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The Quest for the Legends (ILCOE)


How many innocent lives hasn’t this blade taken with its precise, lethal movements? Yet, moving it the last few inches across a much more deserving throat seems like an impassable task.

“You deserve it.”

The owner of the blade, a great, scythe-armed insect, whispers these words not as an announcement, but more for his own reassurance.

“You’re despicable,” he continues. “You’re pathetic.”

He draws a few more breaths, yet the scythe will not move.

“You’re afraid. You fear death.”

He closes his eyes and mutters between his teeth: “Death... is not... to be feared...”

With each word, he forces the deadly blade a little bit closer to the trembling neck it is meant to slit...

He is interrupted by a muffled voice, calling his name. He instinctively opens his eyes and points them to the small door of the room; pressing himself against the wall, he closes them again.

Do it.

But he can’t. No matter his orders, the scythe stays in place. There is a careful knock on the door; his eyes reopen.

Do it now. Now!

Yet the blade betrays him again, and the door opens with a low creak.


As the bearded human he has gotten to know as his trainer steps inside, he closes his eyes again and lowers his arm in defeat, knowing well the expression that the human will have put up. He listens to the fast footsteps as the man quietly crosses the room. His trainer’s hand feels his neck; the human’s rapid breathing calms down. The touch of a light metal ball brings him into a blank, floating state for a second; then he reappears in a cold, small room.

“Have a drink.”

The trainer says it in a gloomy, surprising tone. Not having expected this, the insect looks around. His trainer is pouring fizzy golden liquid from a dirty can into a bowl and a glass. Pushing the bowl decisively towards his Pokémon, the human takes a big sip of his drink.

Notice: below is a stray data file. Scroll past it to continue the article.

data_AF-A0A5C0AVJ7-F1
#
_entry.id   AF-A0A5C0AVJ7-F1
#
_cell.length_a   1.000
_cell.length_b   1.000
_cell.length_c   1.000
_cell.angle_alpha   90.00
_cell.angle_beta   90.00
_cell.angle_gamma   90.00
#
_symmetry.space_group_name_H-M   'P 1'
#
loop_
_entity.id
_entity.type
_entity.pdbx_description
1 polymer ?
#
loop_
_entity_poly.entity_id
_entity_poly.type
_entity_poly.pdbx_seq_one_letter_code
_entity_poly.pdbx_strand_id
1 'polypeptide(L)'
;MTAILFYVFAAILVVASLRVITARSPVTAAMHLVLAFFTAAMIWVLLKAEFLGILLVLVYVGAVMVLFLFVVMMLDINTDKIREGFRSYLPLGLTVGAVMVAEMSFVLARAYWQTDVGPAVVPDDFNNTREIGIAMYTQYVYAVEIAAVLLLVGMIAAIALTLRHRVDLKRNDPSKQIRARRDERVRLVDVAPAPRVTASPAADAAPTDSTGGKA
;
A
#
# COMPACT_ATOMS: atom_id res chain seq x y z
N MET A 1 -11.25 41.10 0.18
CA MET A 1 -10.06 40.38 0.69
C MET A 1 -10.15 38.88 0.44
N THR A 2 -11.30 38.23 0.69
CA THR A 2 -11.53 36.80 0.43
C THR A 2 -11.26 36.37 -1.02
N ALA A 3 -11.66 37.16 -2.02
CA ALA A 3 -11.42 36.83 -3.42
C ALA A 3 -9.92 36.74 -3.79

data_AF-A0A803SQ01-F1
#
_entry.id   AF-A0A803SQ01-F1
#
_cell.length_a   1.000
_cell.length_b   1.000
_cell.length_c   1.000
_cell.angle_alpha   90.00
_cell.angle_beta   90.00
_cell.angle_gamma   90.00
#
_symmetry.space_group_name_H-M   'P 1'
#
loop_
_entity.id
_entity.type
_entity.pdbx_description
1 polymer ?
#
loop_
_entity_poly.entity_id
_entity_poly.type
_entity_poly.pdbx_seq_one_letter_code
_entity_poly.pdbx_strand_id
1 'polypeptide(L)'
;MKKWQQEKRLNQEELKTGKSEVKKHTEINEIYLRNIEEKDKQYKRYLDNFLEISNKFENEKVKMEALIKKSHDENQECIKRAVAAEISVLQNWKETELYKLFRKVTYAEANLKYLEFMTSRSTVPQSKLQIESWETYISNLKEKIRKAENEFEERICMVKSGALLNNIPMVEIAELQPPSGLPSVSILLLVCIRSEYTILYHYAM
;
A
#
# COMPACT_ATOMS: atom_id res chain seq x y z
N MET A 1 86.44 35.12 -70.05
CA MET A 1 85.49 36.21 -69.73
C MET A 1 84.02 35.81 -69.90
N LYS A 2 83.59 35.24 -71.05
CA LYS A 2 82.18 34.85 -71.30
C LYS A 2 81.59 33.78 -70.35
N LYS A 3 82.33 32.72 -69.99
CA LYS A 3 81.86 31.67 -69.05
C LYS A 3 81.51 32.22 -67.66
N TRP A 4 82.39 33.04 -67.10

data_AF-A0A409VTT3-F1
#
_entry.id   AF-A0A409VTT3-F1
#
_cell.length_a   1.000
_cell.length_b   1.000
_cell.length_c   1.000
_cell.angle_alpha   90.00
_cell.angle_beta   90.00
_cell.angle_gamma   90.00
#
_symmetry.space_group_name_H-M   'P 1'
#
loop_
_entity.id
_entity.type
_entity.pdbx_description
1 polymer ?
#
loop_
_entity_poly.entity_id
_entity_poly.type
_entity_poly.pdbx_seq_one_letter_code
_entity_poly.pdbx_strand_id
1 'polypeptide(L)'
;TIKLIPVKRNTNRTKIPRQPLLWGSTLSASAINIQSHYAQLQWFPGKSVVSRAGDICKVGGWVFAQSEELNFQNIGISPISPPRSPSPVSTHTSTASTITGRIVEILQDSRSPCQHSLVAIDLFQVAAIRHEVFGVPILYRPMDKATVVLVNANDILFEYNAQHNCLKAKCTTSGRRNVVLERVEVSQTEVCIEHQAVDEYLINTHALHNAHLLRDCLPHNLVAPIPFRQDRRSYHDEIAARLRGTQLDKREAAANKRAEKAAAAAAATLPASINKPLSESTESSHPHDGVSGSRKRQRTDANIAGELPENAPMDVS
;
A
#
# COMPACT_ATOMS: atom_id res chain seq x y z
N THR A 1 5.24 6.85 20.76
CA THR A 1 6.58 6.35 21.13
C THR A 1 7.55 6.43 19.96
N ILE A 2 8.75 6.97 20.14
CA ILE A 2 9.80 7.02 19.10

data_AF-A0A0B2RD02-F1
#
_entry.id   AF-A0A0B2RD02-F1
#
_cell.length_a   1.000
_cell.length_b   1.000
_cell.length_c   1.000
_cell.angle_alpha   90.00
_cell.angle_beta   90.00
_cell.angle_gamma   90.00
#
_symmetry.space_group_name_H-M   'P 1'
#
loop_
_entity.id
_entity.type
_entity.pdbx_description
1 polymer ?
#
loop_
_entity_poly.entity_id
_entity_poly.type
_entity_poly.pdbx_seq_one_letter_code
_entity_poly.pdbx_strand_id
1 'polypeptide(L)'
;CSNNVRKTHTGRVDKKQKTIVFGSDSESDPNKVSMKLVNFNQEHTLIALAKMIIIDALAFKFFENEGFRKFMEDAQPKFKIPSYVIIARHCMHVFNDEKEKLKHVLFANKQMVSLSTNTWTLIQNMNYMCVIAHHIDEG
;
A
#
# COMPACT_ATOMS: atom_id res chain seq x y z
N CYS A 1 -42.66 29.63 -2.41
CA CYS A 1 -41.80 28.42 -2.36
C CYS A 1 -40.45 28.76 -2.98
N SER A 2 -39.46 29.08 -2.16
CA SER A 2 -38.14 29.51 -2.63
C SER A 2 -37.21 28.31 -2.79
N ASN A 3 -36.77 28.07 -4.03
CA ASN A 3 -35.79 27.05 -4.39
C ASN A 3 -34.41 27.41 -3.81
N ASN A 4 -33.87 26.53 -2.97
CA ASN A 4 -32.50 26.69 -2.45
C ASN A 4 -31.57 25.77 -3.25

“Drink it. It will do you good.”

Hesitatingly, the Scyther leans down to dip his tongue into the bowl, seeing no other means of drinking the liquid. He cringes at the bitter taste.

“It gets better after you’ve had a bit,” the trainer comments helpfully, having already finished half of a rather big glass. The Pokémon slowly laps up a bit more and seems to be acquiring the taste; within long he has finished the contents of the bowl. His trainer immediately opens a cupboard and pours the bowl full again. After a bit more of this strange drink, the Pokémon appears to be feeling slightly better.

“I failed.”

That is at least the meaning in the Scyther’s quiet growl; understanding it, the trainer nods.

“I thought you had maybe... succeeded this time.”

“I had almost done it, but lost my nerve when I heard you,” the Pokémon says bitterly, lapping up some more of the drink. “Pathetic, isn’t it?”

“Why, Scyther?” asks the trainer quietly without looking at the insect. The Pokémon ignores this question completely. It has been asked before and the answer has not changed: It is none of the human’s business.

A bit of silence follows. Then the man speaks again.

“I know how you feel...”

This comment seems to be the one with the most meaning to the Scyther; he abruptly looks up at his trainer’s rough face.

“Life is a pain sometimes,” the man continues in a low voice. “For every dream that comes true, ten are shattered. For every happy hour comes a nightmare. When you struggle a long way to a goal only to see it escape from your grip and all your work dissolve into nothing, you really start wondering if it’s all worth it...”

“It isn’t,” the Pokémon says shortly and laps up a bit more from the bowl. Surprisingly, this only induces an odd smile on the human’s face.

“No. But do you know what has kept me alive for all these years?”

He doesn’t need an answer; his Pokémon looks at him with a hint of curiosity, the drink forgotten.

“Who really gives a damn if it’s worth it? As much of a pain as it can be, it’s the only thing you have. When you’re dead, you’re stuck – you don’t want to watch all the opportunities you could have taken unfold into what could have been your future, knowing that you can never turn back, grab the opportunities, live that future. At least die knowing that you did everything in your power to die happy, even if the happiness never comes.”

He looks into the Scyther’s eyes. “What I’m trying to tell you is that if you die now, you know you’ll die unhappy. But if there is the slightest chance that your dreams could come true, that your life could get better – then you’re better off taking your chances.”

The Scyther doesn’t answer; he just stares at the bowl in front of him, deep in thought. Finally he starts lapping up the drink again.

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